You must convey to her gradually that books are precious things. They must be minded and handled carefully and put away safely.
Look at the pictures with him/her and talk to him/her about what they say.
Read him/her nursery rhymes. He/she will learn them naturally.
Above all, don’t push him/her with her early reading. You may turn him/her against it for evermore.
Remember that the teacher is the best judge of what rate of progress is best suited to each child.
Sing the alphabet song with your child, so that he/she has at least heard of the letters. If he/she knows what each one looks like, all the better.

Understanding Maths

First a Word of Warning!
Maths for the small child has nothing to do with sums or figures or tables or adding and subtracting. These will all come later.

Packed Lunches

Lunch is an important meal for school going children. It should provide one third of their recommended daily allowance of nutrients without being high in fat, sugar or salt. It should also provide dietary fibre.
lThe traditional packed lunch of milk and sandwiches is under attack from a range of convenience foods like crisps, sweets, biscuits, chocolate and soft drinks. We ask you to encourage a healthy lunch right from the start. Also, please, only give your child something you feel he/she can easily manage to eat. Children are not normally very hungry at school, so a little snack will do.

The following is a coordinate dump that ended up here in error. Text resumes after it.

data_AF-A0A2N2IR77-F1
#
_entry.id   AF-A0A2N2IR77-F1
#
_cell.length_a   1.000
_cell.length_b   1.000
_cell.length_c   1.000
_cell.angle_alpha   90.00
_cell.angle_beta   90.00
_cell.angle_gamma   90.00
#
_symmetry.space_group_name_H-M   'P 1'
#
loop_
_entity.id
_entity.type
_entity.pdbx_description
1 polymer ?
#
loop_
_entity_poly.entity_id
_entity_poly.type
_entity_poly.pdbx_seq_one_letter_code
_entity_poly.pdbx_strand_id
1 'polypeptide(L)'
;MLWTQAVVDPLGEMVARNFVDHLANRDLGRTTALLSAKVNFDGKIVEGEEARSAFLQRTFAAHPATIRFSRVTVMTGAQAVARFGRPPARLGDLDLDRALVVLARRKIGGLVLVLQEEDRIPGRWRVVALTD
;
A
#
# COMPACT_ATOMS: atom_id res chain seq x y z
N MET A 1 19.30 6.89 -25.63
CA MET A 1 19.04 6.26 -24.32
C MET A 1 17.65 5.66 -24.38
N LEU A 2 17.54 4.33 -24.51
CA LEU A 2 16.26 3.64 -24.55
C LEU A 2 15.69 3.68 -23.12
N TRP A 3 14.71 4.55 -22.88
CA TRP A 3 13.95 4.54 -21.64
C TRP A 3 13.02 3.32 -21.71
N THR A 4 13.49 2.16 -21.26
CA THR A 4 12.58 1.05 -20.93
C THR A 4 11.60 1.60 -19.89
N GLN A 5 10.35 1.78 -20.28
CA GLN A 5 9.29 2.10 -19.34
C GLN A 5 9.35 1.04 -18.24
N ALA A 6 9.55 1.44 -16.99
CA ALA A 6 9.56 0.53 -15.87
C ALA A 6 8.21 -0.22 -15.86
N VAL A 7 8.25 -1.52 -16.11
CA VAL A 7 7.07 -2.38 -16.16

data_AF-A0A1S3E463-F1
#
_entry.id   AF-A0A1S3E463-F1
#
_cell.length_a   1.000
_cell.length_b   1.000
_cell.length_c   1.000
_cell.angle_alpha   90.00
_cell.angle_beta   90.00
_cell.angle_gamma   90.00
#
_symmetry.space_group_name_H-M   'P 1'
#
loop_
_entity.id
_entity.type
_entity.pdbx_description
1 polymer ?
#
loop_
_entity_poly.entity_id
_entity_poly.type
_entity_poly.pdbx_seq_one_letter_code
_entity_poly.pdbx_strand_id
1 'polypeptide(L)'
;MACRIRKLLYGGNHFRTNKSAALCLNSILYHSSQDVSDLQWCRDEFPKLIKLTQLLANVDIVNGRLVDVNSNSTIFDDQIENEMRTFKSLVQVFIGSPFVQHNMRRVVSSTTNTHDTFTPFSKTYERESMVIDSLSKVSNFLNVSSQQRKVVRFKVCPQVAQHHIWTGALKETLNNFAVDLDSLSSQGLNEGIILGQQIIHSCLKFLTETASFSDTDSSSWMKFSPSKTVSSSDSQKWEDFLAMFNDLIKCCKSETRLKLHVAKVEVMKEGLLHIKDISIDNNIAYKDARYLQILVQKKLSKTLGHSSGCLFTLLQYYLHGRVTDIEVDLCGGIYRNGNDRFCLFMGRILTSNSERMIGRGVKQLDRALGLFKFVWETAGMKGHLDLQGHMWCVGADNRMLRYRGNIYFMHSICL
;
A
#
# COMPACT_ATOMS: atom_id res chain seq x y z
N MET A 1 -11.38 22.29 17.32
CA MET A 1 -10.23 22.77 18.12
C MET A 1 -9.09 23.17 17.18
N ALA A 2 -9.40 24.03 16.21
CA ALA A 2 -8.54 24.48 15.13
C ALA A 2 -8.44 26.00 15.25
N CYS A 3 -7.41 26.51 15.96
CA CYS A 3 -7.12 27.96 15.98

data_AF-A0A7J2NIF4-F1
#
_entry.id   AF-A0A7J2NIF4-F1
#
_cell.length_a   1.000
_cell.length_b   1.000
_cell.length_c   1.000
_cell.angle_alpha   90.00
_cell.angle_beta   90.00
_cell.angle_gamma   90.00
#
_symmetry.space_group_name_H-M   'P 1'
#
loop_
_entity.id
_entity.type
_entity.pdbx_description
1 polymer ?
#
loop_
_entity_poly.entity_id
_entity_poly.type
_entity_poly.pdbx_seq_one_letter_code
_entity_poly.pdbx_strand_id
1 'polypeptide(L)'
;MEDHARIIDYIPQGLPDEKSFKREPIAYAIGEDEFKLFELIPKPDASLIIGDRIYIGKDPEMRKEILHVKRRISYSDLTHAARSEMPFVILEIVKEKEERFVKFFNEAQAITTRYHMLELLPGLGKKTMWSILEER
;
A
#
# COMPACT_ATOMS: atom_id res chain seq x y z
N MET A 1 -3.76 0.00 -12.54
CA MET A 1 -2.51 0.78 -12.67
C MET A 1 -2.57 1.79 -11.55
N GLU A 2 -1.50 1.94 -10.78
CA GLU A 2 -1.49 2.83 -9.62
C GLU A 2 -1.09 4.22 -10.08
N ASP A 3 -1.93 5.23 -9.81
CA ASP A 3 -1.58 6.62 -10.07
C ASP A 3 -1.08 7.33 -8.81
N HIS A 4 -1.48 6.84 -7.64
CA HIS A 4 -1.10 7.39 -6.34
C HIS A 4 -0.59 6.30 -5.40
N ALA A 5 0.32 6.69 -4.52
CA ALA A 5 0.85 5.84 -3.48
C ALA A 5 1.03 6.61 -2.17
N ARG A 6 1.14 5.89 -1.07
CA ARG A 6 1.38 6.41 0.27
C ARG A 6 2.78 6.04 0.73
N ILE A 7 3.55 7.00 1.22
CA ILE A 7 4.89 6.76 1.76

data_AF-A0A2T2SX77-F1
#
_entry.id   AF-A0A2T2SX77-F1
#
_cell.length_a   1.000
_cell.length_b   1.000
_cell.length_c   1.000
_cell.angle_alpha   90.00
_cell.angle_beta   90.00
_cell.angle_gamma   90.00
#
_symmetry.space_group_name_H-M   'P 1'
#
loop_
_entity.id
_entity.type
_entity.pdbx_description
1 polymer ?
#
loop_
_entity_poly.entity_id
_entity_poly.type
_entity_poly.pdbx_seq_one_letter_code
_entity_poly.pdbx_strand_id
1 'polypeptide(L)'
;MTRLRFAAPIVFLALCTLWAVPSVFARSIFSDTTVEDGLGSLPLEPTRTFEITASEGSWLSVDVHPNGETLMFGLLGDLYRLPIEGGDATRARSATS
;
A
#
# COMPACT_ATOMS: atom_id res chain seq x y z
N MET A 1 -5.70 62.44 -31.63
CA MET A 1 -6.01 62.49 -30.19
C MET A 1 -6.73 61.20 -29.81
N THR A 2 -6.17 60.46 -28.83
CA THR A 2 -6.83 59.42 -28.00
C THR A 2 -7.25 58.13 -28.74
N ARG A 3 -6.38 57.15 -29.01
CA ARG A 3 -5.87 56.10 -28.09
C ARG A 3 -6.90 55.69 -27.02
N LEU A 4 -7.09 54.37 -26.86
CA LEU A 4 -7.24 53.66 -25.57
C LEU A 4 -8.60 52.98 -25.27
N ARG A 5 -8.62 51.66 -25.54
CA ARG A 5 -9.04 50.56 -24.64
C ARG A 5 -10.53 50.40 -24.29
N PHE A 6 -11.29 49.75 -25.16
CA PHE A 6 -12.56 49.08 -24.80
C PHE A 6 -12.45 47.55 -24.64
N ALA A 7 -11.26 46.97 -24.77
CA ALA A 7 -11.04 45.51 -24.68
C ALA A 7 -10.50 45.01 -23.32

On Fridays, children can bring one small treat in their lunchbox.

A Word about Milk
Growing children should get approximately one pint of milk a day, or its equivalent as cheese, yoghurt or milk pudding. This ensures that they get enough calcium, which is essential for healthy bones and teeth. If a child does not drink a carton of milk at lunch, encourage him or her to have a carton of yoghurt or a small helping of cheese instead.

A Typical Day in Junior Infants

Please note – this is a sample. Our school day may differ from these times.

8.30 School begins with reception time for socialization
8.45 Teaching and Learning
10.00 Break Time and outdoor play
10.20 Teaching and learning
12.00 Eating time and outdoor play
12.35 Teaching and learning
1.10 School ends.

The First Weeks

To ease the child into the school routine we have a policy where Junior Infants go home early for the first two weeks.
During the third week they go home a little later, and then after that they go home at 1.10p.m. More details will be provided to you in due course.